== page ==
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Laramie Project was moving, challenging

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Erin Dakas ’13

A fence lit in soft, rose-tinted light provided the only backdrop for Student Experimental Theater’s production of The Laramie Project, directed by Caitlyn Fuoco, ‘13, in Arter’s Little Theater. Despite this apparent softness, the play was anything but rosy in tone.

In October 1998, Matthew Shepard, a young university student, was found tied to a fence and left to die in a desolate prairie outside of Laramie, Wyo. The victim of a hate crime, Shepard was tortured and robbed on the sole grounds that he was gay.

When Shepard died in the hospital days later, the media stormed Laramie, transforming the quiet town into a hub for protests, vigils, and questions.

For those left behind in Shepard’s wake, the questions consumed them: questions of faith, of sexuality, of how such great hate could fester in such a small town.

The Laramie Project sprung from these questions. It is a play crafted from interviews with  the townspeople left behind to piece together some semblance of an answer, although in truth, there is none.

For this reason alone, Laramie was a challenging performance at certain junctures.

But watching the interviewed locals be fleshed-out on stage, hearing their words, kindled an intensity that weighed heavily on audience and cast alike.

Despite the fact that the play began slowly, initially detailing the peripheries of Laramie’s microcosmic world and tightly-knit social spheres with little mention of the incident at hand, the rhythm quickly picked up, but never spun out of control.

The entirety of the production was punctuated with high octave scenes followed by slower, more contemplative moments, all scattered across the stage like flashbulb memories.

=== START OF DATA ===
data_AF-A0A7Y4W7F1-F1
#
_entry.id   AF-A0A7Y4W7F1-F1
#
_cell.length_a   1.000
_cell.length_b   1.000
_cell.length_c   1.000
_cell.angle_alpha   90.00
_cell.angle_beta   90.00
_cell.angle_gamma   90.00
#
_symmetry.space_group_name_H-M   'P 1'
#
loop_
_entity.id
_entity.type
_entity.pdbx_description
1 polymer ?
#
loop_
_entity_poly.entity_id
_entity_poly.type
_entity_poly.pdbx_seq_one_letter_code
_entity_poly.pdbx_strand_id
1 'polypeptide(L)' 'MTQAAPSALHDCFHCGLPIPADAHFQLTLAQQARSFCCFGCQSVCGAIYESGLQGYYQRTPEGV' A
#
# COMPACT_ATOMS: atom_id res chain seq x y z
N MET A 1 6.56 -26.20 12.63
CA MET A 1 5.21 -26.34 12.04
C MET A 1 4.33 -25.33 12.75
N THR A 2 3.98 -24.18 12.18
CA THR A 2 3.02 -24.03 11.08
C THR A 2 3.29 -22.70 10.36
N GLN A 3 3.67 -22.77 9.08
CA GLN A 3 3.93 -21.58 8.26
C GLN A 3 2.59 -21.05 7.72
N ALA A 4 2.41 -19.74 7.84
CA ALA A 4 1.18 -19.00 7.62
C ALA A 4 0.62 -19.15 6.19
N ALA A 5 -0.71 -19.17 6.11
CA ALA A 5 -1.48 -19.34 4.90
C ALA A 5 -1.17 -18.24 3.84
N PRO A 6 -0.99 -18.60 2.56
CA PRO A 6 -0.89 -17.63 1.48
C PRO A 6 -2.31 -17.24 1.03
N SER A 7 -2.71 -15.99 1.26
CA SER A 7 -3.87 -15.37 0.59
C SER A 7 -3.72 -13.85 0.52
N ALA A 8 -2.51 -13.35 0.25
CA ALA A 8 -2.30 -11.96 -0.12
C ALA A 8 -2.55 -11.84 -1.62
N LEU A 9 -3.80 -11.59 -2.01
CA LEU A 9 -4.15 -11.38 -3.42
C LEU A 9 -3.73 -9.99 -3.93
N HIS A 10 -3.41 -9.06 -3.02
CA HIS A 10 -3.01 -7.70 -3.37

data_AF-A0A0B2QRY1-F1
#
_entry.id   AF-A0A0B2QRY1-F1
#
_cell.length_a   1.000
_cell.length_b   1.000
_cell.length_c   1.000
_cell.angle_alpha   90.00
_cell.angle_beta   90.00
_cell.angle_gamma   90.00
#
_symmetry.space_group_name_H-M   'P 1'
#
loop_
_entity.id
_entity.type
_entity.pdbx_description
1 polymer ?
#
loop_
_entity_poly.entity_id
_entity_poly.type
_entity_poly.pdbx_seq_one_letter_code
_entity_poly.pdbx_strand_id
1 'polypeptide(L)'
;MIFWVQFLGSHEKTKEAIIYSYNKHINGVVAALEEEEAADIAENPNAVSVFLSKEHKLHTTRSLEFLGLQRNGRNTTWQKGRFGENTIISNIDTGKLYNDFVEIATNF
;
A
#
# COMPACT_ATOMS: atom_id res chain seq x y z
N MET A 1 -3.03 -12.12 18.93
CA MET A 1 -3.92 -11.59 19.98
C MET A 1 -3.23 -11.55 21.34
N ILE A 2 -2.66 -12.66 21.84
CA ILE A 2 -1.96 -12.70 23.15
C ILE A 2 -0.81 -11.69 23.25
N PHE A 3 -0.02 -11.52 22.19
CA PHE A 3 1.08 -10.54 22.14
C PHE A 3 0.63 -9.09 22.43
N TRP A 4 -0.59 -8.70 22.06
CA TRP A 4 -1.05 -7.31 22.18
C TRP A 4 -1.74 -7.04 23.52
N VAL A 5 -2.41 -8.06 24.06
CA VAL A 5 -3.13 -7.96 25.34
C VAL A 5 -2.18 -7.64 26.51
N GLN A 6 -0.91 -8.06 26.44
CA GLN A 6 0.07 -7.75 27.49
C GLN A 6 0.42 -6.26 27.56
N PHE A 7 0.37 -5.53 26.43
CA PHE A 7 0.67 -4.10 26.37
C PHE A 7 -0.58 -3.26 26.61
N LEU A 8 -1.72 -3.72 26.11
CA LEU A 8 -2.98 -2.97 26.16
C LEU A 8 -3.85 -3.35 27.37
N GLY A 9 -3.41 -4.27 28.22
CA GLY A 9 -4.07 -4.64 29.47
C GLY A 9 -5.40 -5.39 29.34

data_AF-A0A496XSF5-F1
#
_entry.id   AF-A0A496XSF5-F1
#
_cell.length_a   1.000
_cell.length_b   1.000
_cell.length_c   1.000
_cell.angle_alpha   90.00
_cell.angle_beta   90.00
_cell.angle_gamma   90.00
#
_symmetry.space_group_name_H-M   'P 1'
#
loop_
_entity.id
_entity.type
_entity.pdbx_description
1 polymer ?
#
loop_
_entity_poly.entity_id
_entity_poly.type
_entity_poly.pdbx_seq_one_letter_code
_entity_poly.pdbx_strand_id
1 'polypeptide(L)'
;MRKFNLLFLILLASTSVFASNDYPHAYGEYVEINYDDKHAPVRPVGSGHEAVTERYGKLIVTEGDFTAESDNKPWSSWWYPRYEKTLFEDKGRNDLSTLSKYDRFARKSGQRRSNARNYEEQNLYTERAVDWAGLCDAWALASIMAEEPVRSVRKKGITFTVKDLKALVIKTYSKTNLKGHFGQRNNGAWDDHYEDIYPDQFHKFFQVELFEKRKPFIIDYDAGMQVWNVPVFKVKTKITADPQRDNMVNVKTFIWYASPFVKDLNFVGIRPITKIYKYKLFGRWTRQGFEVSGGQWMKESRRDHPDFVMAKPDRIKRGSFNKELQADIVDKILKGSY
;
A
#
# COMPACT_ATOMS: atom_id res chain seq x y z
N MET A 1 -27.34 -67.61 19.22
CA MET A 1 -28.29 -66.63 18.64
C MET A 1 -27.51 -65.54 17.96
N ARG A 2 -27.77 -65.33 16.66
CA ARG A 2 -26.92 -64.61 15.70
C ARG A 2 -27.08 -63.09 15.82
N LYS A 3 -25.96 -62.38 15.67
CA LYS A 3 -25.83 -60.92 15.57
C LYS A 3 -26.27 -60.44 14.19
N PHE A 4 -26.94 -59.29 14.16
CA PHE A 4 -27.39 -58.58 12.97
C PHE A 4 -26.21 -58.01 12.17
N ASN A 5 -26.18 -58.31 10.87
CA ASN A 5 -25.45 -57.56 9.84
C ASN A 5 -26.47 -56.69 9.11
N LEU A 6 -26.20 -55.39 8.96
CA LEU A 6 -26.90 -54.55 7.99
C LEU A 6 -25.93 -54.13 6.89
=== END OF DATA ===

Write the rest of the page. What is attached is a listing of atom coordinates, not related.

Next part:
The cast who undertook this journey portrayed the real people whose lives were consumed by this event.

As countless interviews were recorded and transcribed into this play, the nine person cast had to recreate roughly three times the amount of characters, a daunting feat.

Yet the actors eased from one persona, one set of mannerisms, stage presence and dialect rather fluidly into the next, ranging from a cantankerous elderly limo driver, to stricken friends of Shepard, to the seemingly remorseless perpetrators.

The minimal setting worked well with these quick changes, allowing the scene to transition from the inside of a comfortable, local bar to the emptiness of the prairie fluidly and with minimal interruption.

All extremes were explored, all corners of Laramie reached in some capacity.

Were there stumbles? Opening-night jitters? Most certainly, but these slips were minute in comparison to the heart wrenching moments where the performances and line deliveries were enough to render audience members to tears.

It was near the very end that all of the built up tension, emotion and the pain, finally came to a culmination.

The stage became the courtroom at the trial of Aaron McKinney, one of Shepard’s murderers. It was there that an actor stood as Shepard’s grieved father to deliver the most twistingly beautiful speech.

It was a final message to McKinney and an opportunity for forgiveness, as well as a window into the pain of a father who had lost his son, who he called his hero.

At times, it was hard to believe that this story was real. But as the cast all stood together at the fence in dimming, rosy-light, a Wyoming sunset for the closing scene, the message was clear: this did happen, still happens, and cannot be forgotten.

 

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Laramie Project was moving, challenging